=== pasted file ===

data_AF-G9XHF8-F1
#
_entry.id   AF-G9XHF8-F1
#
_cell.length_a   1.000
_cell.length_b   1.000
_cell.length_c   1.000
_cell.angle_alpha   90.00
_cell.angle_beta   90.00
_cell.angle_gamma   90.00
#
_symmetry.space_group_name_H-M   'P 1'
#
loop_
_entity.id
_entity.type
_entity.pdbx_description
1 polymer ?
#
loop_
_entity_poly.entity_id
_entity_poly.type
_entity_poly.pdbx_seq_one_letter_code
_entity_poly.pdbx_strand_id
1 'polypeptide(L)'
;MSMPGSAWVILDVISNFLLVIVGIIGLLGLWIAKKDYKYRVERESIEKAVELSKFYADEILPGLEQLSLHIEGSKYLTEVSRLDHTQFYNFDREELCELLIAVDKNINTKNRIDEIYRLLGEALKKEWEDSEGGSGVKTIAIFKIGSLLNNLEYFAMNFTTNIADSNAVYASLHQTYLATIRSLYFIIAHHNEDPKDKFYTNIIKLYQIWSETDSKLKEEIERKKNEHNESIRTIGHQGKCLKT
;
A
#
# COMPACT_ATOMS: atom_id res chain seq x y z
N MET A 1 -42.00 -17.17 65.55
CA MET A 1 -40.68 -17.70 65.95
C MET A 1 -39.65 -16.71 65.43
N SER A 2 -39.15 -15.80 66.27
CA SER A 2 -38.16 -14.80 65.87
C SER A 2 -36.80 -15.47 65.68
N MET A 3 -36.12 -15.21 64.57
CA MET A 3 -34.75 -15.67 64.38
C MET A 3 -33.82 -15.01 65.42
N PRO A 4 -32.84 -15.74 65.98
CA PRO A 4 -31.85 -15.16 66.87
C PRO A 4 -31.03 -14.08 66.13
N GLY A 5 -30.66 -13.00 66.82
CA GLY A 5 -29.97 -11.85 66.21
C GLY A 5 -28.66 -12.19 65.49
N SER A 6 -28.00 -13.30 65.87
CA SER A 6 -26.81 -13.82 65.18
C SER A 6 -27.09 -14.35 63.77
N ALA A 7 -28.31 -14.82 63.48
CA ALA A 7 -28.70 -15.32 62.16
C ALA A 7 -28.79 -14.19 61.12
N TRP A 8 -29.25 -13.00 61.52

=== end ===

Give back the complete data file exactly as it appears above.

data_AF-G9XHF8-F1
#
_entry.id   AF-G9XHF8-F1
#
_cell.length_a   1.000
_cell.length_b   1.000
_cell.length_c   1.000
_cell.angle_alpha   90.00
_cell.angle_beta   90.00
_cell.angle_gamma   90.00
#
_symmetry.space_group_name_H-M   'P 1'
#
loop_
_entity.id
_entity.type
_entity.pdbx_description
1 polymer ?
#
loop_
_entity_poly.entity_id
_entity_poly.type
_entity_poly.pdbx_seq_one_letter_code
_entity_poly.pdbx_strand_id
1 'polypeptide(L)'
;MSMPGSAWVILDVISNFLLVIVGIIGLLGLWIAKKDYKYRVERESIEKAVELSKFYADEILPGLEQLSLHIEGSKYLTEVSRLDHTQFYNFDREELCELLIAVDKNINTKNRIDEIYRLLGEALKKEWEDSEGGSGVKTIAIFKIGSLLNNLEYFAMNFTTNIADSNAVYASLHQTYLATIRSLYFIIAHHNEDPKDKFYTNIIKLYQIWSETDSKLKEEIERKKNEHNESIRTIGHQGKCLKT
;
A
#
# COMPACT_ATOMS: atom_id res chain seq x y z
N MET A 1 -42.00 -17.17 65.55
CA MET A 1 -40.68 -17.70 65.95
C MET A 1 -39.65 -16.71 65.43
N SER A 2 -39.15 -15.80 66.27
CA SER A 2 -38.16 -14.80 65.87
C SER A 2 -36.80 -15.47 65.68
N MET A 3 -36.12 -15.21 64.57
CA MET A 3 -34.75 -15.67 64.38
C MET A 3 -33.82 -15.01 65.42
N PRO A 4 -32.84 -15.74 65.98
CA PRO A 4 -31.85 -15.16 66.87
C PRO A 4 -31.03 -14.08 66.13
N GLY A 5 -30.66 -13.00 66.82
CA GLY A 5 -29.97 -11.85 66.21
C GLY A 5 -28.66 -12.19 65.49
N SER A 6 -28.00 -13.30 65.87
CA SER A 6 -26.81 -13.82 65.18
C SER A 6 -27.09 -14.35 63.77
N ALA A 7 -28.31 -14.82 63.48
CA ALA A 7 -28.70 -15.32 62.16
C ALA A 7 -28.79 -14.19 61.12
N TRP A 8 -29.25 -13.00 61.52